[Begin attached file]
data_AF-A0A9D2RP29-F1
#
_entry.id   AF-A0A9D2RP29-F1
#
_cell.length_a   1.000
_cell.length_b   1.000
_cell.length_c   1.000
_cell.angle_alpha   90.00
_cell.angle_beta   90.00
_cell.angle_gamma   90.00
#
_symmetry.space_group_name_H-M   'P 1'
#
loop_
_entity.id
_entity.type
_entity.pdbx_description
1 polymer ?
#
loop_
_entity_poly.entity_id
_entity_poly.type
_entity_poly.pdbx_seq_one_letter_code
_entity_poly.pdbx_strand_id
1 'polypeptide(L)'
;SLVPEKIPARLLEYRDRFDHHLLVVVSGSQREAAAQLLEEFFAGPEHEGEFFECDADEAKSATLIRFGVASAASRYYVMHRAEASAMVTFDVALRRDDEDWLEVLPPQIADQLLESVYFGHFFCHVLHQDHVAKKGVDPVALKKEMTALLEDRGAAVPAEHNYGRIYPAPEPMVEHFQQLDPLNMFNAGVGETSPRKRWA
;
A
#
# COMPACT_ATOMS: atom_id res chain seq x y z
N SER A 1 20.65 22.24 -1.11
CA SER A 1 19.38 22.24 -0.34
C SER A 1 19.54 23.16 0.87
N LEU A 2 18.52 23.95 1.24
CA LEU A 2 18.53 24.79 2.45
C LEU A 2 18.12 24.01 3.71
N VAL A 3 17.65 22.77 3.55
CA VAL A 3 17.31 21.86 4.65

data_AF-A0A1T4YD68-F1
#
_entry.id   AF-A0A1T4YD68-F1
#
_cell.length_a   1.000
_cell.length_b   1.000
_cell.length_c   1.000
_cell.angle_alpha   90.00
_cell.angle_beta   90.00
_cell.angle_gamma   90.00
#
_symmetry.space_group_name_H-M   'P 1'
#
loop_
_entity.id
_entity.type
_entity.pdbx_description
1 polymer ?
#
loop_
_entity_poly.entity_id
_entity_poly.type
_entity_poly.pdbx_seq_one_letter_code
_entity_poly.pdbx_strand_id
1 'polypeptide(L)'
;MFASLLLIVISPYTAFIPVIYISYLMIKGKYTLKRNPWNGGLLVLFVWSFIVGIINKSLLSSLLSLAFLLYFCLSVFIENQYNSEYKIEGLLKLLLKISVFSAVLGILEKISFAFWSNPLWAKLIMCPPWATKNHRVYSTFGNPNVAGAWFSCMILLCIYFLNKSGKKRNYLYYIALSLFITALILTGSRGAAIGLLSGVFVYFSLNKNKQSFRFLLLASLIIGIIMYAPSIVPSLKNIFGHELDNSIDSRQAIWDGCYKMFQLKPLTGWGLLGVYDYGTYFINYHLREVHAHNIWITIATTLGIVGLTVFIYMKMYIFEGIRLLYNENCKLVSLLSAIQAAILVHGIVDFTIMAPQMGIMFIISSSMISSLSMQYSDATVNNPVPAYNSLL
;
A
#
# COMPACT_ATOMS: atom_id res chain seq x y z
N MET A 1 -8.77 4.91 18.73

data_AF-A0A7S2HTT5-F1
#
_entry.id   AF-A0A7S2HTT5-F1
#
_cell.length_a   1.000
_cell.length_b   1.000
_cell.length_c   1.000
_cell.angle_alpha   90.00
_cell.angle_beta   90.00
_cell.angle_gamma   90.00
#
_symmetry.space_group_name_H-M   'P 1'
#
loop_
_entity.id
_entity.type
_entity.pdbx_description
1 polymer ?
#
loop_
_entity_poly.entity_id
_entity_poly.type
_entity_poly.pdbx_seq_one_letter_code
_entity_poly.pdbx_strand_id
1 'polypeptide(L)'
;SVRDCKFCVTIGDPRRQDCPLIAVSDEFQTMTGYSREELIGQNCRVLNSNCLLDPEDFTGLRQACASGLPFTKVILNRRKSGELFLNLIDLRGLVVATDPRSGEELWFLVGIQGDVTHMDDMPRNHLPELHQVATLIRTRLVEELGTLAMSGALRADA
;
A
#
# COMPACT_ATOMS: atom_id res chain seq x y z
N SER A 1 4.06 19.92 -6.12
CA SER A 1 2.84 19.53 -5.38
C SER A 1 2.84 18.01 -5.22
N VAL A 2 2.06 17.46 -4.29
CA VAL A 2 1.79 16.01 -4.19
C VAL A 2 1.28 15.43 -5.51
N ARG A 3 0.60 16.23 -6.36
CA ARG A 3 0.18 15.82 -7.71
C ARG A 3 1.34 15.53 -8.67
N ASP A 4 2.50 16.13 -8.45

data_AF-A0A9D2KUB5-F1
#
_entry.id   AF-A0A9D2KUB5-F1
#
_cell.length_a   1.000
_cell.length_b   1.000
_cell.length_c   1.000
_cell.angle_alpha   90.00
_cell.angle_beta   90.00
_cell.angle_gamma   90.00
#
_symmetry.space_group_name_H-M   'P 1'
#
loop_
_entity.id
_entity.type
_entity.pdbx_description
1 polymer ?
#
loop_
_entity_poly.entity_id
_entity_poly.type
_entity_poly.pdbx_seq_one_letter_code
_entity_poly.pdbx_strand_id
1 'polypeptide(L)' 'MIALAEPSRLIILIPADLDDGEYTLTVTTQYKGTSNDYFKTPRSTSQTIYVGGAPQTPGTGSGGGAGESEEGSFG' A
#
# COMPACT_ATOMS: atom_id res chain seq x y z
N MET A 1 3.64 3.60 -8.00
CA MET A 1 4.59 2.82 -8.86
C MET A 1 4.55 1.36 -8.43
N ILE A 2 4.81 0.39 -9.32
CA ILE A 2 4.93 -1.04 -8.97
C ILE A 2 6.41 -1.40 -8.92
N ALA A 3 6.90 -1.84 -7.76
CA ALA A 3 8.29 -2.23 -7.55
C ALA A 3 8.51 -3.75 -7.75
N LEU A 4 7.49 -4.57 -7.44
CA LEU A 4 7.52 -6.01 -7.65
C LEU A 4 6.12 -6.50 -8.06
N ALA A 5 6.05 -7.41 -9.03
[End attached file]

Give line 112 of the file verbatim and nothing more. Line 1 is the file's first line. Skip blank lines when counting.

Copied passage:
_entry.id   AF-A0A9D2KUB5-F1